I pushed off from the dock with my paddle and began my journey. It wasn’t long before I realized that my plan of a peaceful, solitary canoe ride would feel more like I was competing for a gold medal in Olympic rowing. The difference was for me the finish line didn’t represent a gold medal, it meant that I would be able to see my friends again!
Evidently I have dramatic thoughts when floating away from shore, wondering if I have the strength to make it back. I immediately knew that my voyage would need to be abandoned as the winds began howling and the dock shrank. I began to turn the canoe around but the wind kept catching the side and returning the canoe to its original position. The harder I tried the more exhausted I became. I really could have used a break but rivers don’t believe in breaks, and rest is not something they offer those who traverse them, unless your destination is downstream. Mine wasn’t. I wouldn’t say I panicked but I did have a rush of adrenaline mixed with accelerated thinking as I began considering my options. Yell for help? Maybe. Try again but paddle harder this time? Not a chance. Run aground and walk the canoe back? Shoreline too steep, nowhere to walk. Clearly this bout would be won by the river unless I changed my tactics. Rather than fight the wind and the current at full strength, I decided to try to paddle backward. I would still be fighting both, but the angle of the canoe would lessen their impact.
I began making progress. Encouraged by the momentum, I began paddling harder. With each stroke I imagined the thrill of feeling the dock beneath my feet. I might see my friends again after all! I began moving fairly quickly and was nearly jolted out of my seat when my canoe hit the dock…the neighbor’s dock. After 20 additional yards of paddling I reached the dock at my friend’s cabin. Grateful, I tied the canoe to the dock and went back to the cabin where my friends were getting ready for a board game. The entire adventure had taken less time than it took me to write this account. “Wow you’re back soon” they said. I thought about telling them how I was almost swept to sea and how grateful I was to see them and how grateful they should be to see me. I discovered that tales of valor on the high seas don’t feel as significant on land. So I just smiled and said “Yeah.”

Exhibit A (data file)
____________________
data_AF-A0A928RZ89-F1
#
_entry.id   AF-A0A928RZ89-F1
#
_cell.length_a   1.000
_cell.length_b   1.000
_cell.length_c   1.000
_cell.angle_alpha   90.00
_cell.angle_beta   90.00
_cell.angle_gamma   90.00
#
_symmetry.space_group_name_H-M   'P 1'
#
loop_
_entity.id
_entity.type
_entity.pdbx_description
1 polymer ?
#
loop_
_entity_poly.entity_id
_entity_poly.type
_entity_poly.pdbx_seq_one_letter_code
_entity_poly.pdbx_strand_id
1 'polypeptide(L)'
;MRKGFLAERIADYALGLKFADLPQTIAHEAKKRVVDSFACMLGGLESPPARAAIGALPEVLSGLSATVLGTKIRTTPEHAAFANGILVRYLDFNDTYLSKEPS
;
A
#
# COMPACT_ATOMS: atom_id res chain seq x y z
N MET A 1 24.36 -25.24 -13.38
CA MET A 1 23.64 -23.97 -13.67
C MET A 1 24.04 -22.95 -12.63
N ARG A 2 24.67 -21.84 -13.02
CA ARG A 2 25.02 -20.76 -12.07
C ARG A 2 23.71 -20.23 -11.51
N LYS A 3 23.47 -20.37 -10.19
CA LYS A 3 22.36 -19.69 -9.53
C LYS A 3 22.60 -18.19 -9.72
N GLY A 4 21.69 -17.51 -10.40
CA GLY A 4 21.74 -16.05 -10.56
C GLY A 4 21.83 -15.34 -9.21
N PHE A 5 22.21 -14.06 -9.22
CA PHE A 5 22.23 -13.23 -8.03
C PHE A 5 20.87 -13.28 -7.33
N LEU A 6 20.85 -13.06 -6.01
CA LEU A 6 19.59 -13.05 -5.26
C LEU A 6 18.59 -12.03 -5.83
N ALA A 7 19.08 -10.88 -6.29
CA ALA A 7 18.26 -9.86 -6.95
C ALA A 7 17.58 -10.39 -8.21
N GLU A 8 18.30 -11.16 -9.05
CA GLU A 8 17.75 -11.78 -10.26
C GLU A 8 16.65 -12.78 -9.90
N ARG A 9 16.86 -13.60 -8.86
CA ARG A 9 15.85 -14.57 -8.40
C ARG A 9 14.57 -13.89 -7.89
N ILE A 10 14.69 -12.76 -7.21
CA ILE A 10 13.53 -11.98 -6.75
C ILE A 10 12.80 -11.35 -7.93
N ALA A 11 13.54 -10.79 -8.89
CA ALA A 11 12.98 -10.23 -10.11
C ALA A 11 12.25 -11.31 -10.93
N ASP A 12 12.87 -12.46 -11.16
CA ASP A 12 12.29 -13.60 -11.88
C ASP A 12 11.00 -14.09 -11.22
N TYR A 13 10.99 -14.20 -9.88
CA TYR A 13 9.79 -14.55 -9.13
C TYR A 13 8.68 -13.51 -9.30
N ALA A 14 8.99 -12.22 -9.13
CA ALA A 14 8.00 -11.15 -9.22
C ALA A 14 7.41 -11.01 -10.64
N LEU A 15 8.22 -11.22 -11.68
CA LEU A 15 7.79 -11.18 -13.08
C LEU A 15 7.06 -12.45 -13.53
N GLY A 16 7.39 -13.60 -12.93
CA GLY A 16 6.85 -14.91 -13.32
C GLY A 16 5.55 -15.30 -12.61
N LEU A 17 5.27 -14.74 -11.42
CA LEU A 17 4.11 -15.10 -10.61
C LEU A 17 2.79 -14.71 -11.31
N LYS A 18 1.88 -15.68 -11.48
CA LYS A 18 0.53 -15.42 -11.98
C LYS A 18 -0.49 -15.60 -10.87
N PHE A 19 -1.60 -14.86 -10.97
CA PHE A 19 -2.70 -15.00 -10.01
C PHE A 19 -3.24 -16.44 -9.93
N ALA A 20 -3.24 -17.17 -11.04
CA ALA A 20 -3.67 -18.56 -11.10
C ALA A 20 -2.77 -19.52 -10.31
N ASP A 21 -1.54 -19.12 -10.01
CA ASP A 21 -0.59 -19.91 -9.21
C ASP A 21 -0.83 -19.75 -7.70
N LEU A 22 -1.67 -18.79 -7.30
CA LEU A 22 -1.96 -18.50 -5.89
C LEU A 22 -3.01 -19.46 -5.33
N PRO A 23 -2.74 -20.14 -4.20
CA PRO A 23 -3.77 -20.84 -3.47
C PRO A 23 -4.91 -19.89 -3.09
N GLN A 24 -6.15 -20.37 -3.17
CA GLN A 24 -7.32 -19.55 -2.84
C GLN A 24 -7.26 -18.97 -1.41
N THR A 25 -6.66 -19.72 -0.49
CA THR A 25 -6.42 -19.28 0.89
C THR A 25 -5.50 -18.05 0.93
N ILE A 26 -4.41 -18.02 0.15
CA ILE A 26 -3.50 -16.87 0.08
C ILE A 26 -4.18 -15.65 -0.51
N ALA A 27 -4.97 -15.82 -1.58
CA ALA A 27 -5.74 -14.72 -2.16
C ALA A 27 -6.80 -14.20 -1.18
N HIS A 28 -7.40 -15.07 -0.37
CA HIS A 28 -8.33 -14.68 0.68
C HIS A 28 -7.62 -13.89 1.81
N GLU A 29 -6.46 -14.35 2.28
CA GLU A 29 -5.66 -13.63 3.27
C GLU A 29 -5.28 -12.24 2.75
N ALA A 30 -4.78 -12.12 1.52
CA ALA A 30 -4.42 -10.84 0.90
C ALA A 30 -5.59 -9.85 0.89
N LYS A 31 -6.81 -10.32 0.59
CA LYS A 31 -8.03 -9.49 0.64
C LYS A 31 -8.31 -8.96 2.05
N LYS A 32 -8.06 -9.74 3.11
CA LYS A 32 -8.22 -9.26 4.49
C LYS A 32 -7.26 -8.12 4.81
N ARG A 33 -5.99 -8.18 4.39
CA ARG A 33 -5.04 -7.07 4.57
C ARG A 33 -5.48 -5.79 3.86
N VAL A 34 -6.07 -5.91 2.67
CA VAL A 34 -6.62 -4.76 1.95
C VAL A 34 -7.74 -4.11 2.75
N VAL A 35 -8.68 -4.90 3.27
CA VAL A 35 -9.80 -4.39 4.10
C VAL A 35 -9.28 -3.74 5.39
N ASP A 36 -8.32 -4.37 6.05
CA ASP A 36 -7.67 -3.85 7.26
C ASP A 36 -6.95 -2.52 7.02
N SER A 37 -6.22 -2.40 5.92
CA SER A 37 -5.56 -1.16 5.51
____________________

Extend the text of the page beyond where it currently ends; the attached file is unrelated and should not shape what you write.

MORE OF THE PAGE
Circumstances can change quickly, turning a peaceful adventure into a struggle to get home. I appreciate the metaphor of the anchor because it can symbolize two very different experiences. For example, when I think of an anchor I think of stability in rough waters. Sometimes the waves are higher than they appeared from shore. In my situation I felt that I couldn’t do justice to my experience if I tried to tell my friends about it. Maybe you are in dangerous waters and no one else knows. Maybe you have been anchored by friends, family or God. In these cases and others, an anchor can be a great thing. In other cases our anchors really prevent us from going where we would like to be. Maybe you would like to explore the open waters, but your anchor, an addiction, unhealthy relationship, fear or any number of other things, keeps you from going where you want to go and being who you want to be. In these cases imagining what life would be like if you could lose the anchor is a worthwhile consideration. To what are you anchored? Do you need to lower or raise your anchor?
My brief journey on the water was a reminder of how powerful nature and circumstances can be. Anchors weigh us down. Whether that is good or bad depends a lot on where we are and where we want to be.